Dr. Ann Gordon
Public awareness of the climate crisis has increased over the past several decades due in part to increased exposure to climate science and the drastic reports released by the Intergovernmental Panel on Climate Change. This report uses the past four years of the Chapman Survey on American Fears to track the groups most fearful of climate change and those who have high levels of environmental concern. The variables tracked across these years include individual income, education level, age, political ideology and party identification, as well as the extent to which one believes the Bible is literal in its content. These demographics are analyzed through a series of linear regression models and correlation tests. Hypotheses tested in this report are derived from the anti-reflexivity hypothesis and the concept of End Times Theology. The Agenda-Setting effect of mainstream partisan media in the United States is also analyzed to provide context to the information sources of various demographics. Republicans and conservatives, as expected, are least likely to fear climate change of any demographic and exacerbate differences in smaller demographics when controlling for party identification. Republicans with higher incomes yield a negative relationship to fear of climate change and overall environmental concern. Democrats as a whole are more likely to fear climate change and have higher environmental concern, though the more specific demographics of income, age, and education hold highly mixed results across the four years of data. Interpretation of the Bible as literally true, word-for-word, increased its strength in determining one’s fear of climate change throughout the Trump presidency. Fear of climate change, while climbing from 2017 to 2019, saw a slide backwards during 2020, setting a bleak stage for the future of climate policy in the United States.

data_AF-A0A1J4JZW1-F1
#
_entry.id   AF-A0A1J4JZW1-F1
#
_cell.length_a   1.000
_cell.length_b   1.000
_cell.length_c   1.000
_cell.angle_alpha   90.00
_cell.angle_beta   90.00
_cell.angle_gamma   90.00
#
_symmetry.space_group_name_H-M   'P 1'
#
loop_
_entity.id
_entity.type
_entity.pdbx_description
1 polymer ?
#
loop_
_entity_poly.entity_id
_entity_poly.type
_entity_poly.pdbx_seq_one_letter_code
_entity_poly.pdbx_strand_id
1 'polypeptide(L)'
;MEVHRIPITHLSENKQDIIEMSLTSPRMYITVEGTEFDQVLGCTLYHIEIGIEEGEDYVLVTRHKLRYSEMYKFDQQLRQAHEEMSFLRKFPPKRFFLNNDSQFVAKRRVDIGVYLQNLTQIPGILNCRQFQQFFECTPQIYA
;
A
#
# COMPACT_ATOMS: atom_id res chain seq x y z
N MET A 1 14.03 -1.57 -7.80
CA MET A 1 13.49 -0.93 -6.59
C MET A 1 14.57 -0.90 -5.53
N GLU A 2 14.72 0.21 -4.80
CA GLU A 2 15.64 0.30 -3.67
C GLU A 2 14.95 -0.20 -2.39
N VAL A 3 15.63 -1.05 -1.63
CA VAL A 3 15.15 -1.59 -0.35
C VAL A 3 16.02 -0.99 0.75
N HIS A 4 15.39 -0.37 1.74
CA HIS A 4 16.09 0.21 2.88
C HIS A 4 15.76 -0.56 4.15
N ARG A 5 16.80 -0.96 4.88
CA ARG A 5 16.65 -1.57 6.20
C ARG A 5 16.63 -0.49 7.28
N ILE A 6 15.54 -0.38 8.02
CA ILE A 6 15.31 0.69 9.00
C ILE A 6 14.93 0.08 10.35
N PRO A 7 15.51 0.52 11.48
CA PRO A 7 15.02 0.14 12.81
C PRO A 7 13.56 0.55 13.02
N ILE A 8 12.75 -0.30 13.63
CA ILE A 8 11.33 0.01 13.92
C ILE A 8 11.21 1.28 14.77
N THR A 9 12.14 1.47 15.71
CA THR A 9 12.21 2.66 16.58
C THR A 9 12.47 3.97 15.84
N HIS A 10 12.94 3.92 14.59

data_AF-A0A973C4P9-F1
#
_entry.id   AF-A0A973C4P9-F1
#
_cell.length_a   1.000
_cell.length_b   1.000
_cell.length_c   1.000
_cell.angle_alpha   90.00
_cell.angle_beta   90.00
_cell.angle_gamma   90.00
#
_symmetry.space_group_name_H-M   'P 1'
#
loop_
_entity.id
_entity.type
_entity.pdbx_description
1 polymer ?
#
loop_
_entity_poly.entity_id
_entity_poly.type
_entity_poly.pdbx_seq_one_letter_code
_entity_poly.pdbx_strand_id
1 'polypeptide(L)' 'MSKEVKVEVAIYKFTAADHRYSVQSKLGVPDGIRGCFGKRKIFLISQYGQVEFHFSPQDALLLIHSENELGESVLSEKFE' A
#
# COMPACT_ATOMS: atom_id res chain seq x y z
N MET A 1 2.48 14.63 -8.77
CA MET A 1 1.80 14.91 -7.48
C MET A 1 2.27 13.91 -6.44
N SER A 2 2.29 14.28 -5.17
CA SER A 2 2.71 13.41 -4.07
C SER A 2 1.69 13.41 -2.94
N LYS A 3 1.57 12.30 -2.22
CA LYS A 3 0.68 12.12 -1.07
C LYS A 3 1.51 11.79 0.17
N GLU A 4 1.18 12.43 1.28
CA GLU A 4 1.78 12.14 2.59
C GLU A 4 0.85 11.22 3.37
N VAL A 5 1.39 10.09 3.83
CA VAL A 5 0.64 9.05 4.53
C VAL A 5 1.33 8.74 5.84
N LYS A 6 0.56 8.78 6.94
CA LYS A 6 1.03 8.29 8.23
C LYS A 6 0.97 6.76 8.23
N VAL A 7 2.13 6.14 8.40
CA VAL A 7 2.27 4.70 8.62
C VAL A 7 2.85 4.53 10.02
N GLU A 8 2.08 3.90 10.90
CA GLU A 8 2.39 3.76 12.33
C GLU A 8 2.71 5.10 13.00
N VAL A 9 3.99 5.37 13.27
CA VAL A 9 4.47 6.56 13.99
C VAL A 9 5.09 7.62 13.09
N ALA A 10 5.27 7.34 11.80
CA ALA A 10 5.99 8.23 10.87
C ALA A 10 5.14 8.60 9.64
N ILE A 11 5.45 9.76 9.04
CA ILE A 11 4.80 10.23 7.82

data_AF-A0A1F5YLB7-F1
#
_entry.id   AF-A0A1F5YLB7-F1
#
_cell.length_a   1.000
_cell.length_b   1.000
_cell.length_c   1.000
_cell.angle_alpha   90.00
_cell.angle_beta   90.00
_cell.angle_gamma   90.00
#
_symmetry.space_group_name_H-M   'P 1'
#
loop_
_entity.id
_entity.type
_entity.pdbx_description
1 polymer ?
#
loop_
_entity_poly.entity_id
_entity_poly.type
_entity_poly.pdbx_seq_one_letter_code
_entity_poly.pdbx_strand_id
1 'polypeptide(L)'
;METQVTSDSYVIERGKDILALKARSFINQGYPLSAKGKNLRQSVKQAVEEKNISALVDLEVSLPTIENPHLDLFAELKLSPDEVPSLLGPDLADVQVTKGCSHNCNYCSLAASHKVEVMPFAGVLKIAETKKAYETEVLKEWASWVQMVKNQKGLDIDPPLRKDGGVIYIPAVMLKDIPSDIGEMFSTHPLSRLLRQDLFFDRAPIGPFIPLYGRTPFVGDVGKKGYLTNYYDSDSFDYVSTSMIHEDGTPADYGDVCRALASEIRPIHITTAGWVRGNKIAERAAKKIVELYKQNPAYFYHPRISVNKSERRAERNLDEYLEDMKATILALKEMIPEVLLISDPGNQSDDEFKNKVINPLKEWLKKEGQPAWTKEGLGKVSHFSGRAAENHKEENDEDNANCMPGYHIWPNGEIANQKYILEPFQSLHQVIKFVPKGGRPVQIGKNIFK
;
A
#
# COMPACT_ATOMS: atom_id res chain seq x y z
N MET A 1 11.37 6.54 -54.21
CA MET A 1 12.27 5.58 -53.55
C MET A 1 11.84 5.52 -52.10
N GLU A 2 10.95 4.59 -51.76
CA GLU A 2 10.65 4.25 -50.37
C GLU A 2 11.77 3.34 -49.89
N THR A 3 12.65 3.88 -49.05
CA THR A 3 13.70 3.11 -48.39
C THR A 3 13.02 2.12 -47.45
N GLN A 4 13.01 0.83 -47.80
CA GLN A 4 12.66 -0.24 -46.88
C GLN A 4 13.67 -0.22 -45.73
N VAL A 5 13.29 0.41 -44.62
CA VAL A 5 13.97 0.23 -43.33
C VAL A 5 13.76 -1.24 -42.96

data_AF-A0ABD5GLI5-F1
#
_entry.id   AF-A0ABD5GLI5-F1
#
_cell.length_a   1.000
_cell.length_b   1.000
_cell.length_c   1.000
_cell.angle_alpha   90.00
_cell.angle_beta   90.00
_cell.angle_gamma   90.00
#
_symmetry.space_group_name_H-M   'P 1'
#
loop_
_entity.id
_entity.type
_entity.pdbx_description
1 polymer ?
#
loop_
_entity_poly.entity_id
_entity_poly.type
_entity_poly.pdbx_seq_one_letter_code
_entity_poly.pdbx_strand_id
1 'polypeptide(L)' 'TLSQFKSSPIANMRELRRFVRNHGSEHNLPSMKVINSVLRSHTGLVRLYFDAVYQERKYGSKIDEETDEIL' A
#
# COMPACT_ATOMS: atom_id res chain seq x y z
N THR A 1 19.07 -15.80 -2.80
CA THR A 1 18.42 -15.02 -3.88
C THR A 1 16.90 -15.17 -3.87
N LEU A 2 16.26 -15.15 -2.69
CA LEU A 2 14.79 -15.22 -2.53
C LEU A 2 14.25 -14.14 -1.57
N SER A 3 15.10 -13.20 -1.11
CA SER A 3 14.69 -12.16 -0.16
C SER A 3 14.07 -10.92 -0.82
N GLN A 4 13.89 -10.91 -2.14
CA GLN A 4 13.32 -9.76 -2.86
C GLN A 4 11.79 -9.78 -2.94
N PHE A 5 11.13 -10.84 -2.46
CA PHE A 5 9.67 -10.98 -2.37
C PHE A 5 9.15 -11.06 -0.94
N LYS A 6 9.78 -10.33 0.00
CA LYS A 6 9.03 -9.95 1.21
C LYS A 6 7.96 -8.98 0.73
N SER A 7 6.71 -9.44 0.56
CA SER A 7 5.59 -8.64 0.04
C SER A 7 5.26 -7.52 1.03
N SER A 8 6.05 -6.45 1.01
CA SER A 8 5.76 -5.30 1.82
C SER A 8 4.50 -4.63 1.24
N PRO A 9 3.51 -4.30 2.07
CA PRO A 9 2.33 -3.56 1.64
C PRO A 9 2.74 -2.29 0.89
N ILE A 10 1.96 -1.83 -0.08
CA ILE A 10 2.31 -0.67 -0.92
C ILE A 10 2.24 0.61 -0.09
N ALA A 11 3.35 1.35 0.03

Lopez, Devin, "Fear and Skepticism: A Changing Climate During the Trump Era" (2021). Student Scholar Symposium Abstracts and Posters. 487.